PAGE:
Q. Whenever I take my dog on walks he always barks at people and others dogs in my neighborhood. What should I do to resolve the problem
ANSWER : A. The very first thing to do is to make sure your dog is getting sufficient physical and mental exercise every day. A tired dog is a good, happy dog and one who is less likely to bark from boredom or frustration. Depending on his breed, age, and health, your dog may require several long walks as well as a good game of chasing the ball and playing with some interactive toys.

Figure out what he gets out of barking and remove it. Don’t give your dog the opportunity to continue the barking behavior.

Ignore your dog’s barking for as long as it takes him to stop. That means don’t give him attention at all while he’s barking. Your attention only rewards him for being noisy. Don’t talk to, don’t touch, or even look at him. When he finally quiets, even to take a breath, reward him with a treat. To be successful with this method, you must wait as long as it takes for him to stop barking. Yelling at him is the equivalent of barking with him.

Get your dog accustomed to whatever causes him to bark. Start with whatever makes him bark at a distance. It must be far enough away that he doesn’t bark when he sees it. Feed him lots of good treats. Move the stimulus a little closer (perhaps as little as a few inches or a few feet to start) and feed treats. If the stimulus moves out of sight, stop giving your dog treats. You want your dog to learn that the appearance of the stimulus leads to good things.

Teach your dog the ‘quiet’ command. Oddly, the first step is to teach your dog to bark on command. Give your dog the command to “speak,” wait for him to bark two or three times, and then stick a tasty treat in front of his nose. When he stops barking to sniff the treat, praise him and give him the treat. Repeat until he starts barking as soon as you say “speak.” Once your dog can reliably bark on command, teach him the “quiet” command. In a calm environment with no distractions, tell him to “speak.” When he starts barking, say “quiet” and stick a treat in front of his nose. Praise him for being quiet and give him the treat.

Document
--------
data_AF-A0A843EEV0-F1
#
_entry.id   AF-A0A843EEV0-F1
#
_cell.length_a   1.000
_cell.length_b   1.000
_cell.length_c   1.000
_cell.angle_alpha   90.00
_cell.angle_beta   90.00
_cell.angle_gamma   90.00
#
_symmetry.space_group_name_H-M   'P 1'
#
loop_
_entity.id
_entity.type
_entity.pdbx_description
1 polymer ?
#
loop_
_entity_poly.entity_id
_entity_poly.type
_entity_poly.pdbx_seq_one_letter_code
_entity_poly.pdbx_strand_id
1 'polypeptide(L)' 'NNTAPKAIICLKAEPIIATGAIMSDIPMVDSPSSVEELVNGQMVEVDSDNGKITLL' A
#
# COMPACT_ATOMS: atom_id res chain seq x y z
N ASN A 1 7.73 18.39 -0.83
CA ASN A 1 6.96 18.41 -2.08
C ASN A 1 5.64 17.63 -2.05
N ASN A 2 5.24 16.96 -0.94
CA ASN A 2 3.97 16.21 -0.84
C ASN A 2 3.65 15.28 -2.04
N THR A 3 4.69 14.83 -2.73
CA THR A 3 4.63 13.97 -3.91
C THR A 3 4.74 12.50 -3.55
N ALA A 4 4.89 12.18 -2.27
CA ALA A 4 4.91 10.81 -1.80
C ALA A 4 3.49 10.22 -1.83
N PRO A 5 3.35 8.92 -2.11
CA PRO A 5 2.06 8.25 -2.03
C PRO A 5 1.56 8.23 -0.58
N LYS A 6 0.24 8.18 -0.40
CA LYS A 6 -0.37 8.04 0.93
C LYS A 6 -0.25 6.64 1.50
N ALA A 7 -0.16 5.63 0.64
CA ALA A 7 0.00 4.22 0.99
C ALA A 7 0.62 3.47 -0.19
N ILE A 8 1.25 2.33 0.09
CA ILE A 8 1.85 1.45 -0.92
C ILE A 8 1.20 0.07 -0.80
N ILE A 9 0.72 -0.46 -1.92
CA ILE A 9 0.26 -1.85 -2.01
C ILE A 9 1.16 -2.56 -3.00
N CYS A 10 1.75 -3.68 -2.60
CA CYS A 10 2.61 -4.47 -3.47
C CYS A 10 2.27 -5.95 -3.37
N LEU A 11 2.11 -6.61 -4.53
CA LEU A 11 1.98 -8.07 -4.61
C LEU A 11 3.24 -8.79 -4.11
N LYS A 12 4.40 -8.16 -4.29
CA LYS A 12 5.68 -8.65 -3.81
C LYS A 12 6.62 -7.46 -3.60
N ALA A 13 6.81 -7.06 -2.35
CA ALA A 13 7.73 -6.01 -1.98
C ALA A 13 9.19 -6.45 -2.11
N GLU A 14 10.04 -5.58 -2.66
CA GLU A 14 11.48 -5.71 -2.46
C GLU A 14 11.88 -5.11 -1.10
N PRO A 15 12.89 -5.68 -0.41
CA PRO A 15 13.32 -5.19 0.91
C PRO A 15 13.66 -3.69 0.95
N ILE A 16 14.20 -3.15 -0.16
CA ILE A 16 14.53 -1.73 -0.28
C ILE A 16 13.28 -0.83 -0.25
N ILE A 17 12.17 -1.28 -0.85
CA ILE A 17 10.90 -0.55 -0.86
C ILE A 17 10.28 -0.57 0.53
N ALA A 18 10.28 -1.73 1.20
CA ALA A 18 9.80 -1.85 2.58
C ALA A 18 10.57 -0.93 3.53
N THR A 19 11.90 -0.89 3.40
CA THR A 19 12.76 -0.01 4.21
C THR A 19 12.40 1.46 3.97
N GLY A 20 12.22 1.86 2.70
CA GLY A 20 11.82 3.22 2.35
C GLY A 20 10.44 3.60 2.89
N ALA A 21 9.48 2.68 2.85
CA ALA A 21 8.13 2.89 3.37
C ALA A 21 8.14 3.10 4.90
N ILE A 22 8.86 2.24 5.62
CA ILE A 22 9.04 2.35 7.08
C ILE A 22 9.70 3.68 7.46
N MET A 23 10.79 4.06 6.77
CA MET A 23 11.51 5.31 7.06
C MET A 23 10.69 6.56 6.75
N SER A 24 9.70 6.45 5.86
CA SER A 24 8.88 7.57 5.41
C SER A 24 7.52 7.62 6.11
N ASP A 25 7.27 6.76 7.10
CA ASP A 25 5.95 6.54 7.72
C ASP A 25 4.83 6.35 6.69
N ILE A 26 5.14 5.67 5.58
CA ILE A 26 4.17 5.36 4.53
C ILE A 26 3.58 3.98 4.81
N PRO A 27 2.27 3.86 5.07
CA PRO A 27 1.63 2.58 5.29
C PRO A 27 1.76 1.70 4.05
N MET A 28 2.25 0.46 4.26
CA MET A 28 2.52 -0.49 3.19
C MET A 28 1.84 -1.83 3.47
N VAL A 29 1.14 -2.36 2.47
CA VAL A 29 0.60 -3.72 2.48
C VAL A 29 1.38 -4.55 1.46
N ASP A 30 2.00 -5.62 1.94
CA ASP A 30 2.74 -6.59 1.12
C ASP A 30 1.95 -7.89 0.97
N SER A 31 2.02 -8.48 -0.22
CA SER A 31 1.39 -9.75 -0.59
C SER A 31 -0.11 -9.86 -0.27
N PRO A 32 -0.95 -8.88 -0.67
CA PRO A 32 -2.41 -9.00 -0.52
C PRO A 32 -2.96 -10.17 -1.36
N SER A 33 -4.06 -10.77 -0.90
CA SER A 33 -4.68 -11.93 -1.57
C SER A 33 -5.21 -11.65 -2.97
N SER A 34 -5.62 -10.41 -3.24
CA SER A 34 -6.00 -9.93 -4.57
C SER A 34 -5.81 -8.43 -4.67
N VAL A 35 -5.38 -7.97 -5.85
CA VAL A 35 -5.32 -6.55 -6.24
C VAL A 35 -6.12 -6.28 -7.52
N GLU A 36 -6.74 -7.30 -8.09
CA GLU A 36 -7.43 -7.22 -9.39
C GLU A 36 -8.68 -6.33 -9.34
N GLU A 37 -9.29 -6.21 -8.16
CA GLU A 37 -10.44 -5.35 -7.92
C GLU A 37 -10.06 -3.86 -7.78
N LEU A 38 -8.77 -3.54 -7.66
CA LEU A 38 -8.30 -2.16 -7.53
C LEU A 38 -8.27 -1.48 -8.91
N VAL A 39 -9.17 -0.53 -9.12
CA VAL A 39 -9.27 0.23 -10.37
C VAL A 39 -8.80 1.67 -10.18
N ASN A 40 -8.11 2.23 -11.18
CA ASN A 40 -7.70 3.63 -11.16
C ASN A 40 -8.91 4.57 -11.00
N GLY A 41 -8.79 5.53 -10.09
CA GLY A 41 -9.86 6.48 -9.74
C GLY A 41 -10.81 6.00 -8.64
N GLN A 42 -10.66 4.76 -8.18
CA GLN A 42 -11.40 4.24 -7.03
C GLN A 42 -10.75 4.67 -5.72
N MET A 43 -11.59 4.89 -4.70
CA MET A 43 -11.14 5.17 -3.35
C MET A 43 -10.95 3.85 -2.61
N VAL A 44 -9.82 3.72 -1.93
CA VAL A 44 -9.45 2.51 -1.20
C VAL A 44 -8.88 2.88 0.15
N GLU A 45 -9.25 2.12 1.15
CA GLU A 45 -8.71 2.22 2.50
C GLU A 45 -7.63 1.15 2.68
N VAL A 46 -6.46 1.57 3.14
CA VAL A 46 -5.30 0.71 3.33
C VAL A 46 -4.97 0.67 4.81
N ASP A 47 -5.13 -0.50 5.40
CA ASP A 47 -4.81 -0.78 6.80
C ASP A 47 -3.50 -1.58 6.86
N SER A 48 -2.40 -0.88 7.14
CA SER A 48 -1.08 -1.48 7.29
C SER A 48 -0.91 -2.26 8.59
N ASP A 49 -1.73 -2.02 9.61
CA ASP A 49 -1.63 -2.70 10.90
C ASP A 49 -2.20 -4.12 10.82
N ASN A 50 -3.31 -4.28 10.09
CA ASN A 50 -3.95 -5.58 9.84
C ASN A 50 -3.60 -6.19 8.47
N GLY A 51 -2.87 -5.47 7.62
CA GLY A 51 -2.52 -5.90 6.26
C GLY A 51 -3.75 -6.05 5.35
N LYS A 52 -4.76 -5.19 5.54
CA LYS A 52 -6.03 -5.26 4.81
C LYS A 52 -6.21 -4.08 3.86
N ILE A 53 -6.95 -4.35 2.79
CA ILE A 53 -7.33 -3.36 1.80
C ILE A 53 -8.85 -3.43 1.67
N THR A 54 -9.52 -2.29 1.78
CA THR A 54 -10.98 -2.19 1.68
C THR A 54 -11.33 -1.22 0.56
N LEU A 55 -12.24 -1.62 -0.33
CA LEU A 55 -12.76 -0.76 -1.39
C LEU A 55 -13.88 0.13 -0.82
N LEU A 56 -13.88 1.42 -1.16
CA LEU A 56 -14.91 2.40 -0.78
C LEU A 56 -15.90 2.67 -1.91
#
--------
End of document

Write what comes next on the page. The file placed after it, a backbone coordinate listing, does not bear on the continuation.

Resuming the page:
As in all training, always end training on a good note, even if it is just for obeying something very simple, like the ‘sit’ command. If you dog regresses in training, go back to the last thing he did successfully and reinforce that before moving on again. Keep sessions short, 15-20 minutes max, and do this several times a day.

Q. My cocker spaniel is 9 years old. He has involuntary bowel movements (little drops) very frequently, especially when he is asleep.
ANSWER : A. Is your dog on a senior dog food? I would get your dog on a high quality high protien dog food. Ask a pet store assosicate or your regular vet for a food recommendation. When you buy a better food the dog will have to eat less to get the same amount of energy from the food. The dog has to eat more of the cheaper foods to get the energy it needs from it. Meaning more poop and buying more food. So the cost really evens out. So the lessen your dogs bowel movements get on a better senior dog food. Next talk to your vet they may have a recommendation. If you switch dogs do it slowly by mixing the foods. Start with 10% new 90% old mixed for at least a week until you have switched to 100% new 0% old. Senior foods have more fiber to help with bowel movements. Take the dog outside to go potty more frequently, right before bed time.